European offshore wind power set to increase tenfold
The development of a new European industry - offshore wind power - took an important step forward today with the announcement by the British government of the go-ahead for offshore wind farm development areas with a capacity ten times greater than Europe’s existing European offshore wind energy capacity.
A total of nine development zones - with a capacity of just over 32 GW - have been allocated to 12 European companies following a competitive tender.
“Today’s announcement by the British government is a significant step forward for the offshore wind industry and, once built, will multiply by ten Europe’s offshore wind energy capacity”, said Justin Wilkes, Policy Director of the European Wind Energy Association (EWEA).
“These are European companies building a European industry and generating some 45,000 European jobs.
“It takes Europe closer to exploiting the power of our seas and developing a brand new European offshore wind industry. Offshore wind is Europe’s largest untapped energy source. There is enough wind across Europe’s seas to power Europe seven times over.”
The 32 GW is part of the over 100 GW of offshore wind power currently being planned by European utilities, developers, and governments, mostly in the North Sea. Once operational this 100 GW plus would supply 10% of Europe’s electricity. In order to connect these farms to the electricity grid, EWEA has proposed a 20 year grid development plan. This year the European Commission will publish a Blueprint for a North Sea grid. This Blueprint was described by the Commission's 2008 second Strategic Energy Review as aiming to “interconnect national electricity grids in north-west Europe together and plug-in the numerous planned offshore wind projects”.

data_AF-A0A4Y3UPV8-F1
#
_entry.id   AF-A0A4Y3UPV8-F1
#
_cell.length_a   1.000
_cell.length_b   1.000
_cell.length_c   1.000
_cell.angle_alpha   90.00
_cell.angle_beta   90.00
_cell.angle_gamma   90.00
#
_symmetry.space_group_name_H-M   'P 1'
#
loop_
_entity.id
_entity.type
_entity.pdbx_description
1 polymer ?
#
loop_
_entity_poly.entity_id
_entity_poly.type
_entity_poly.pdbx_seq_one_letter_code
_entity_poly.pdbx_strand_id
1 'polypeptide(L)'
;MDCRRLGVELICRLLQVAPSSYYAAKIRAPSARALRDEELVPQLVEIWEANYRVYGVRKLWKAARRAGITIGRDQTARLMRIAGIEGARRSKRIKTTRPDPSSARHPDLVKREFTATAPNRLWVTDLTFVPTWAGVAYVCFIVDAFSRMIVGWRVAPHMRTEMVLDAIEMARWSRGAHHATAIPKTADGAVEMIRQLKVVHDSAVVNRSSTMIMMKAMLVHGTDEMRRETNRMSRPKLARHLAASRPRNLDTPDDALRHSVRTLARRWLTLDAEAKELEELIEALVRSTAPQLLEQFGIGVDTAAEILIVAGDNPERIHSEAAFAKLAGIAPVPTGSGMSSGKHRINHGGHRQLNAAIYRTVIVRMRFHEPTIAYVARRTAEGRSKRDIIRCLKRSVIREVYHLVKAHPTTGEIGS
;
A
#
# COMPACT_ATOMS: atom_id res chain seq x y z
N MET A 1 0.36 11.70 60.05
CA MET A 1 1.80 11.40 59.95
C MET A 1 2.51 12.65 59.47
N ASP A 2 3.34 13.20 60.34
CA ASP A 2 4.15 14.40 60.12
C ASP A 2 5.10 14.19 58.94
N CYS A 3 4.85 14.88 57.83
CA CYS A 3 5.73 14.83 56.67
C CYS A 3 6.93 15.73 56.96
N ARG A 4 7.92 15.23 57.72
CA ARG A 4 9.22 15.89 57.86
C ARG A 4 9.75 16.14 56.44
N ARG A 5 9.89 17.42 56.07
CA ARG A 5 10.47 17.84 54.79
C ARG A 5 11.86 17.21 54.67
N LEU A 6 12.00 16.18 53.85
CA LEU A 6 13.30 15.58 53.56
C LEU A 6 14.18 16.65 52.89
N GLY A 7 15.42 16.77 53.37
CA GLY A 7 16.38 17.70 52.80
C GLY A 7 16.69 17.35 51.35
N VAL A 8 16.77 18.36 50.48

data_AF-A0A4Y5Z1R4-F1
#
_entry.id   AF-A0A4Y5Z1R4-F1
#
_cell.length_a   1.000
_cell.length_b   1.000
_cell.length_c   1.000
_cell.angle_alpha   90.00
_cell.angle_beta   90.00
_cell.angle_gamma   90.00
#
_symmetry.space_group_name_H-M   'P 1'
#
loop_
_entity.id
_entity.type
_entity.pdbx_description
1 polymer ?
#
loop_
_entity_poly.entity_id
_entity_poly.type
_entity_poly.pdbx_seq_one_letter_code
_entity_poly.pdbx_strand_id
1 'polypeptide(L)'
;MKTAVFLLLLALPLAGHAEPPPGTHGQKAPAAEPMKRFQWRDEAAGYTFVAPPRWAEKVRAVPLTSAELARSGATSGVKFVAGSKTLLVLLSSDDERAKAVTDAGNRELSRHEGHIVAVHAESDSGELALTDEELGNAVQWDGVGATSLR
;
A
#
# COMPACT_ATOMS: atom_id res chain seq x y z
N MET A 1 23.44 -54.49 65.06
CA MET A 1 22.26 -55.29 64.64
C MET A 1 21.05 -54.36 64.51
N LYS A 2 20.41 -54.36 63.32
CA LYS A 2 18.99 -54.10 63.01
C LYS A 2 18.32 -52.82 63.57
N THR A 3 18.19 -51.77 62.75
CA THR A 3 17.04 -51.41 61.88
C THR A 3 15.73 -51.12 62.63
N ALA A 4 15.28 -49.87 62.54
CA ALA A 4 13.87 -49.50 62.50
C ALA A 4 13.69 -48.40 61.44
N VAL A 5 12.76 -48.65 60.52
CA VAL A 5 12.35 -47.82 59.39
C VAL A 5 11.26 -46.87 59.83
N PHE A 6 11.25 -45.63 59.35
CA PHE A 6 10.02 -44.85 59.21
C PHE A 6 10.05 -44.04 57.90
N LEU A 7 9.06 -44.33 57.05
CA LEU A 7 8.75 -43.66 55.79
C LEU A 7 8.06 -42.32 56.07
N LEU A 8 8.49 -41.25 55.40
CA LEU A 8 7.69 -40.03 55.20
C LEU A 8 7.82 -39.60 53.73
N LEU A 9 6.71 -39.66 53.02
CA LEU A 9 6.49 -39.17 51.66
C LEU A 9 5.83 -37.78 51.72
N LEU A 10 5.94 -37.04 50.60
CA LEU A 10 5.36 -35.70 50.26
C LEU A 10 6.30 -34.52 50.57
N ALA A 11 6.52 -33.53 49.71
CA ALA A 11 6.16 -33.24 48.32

At EWEA’s Offshore Wind Conference in September 2009, EU Energy Commissioner Andris Piebalgs said: “harnessing the winds off Europe’s coasts would provide an answer to the global challenges of climate change, depleting indigenous energy resources, increasing fuel costs and the threat of energy supply disruptions.”
The companies winning the tenders for the UK wind farm development zones include Vattenfall (Sweden), EDP (Portugal), RWE and E-ON (both German), Mainstream (Ireland), Statkraft and StatoilHydro (Norway), Siemens (Denmark), and RES, Centrica, Scottish and Southern Energy, and Sea Energy (all from the UK).
For more information see also the Crown Estate press release
For more information contact:
Paolo Berrino, EWEA
+32 2 400 10 55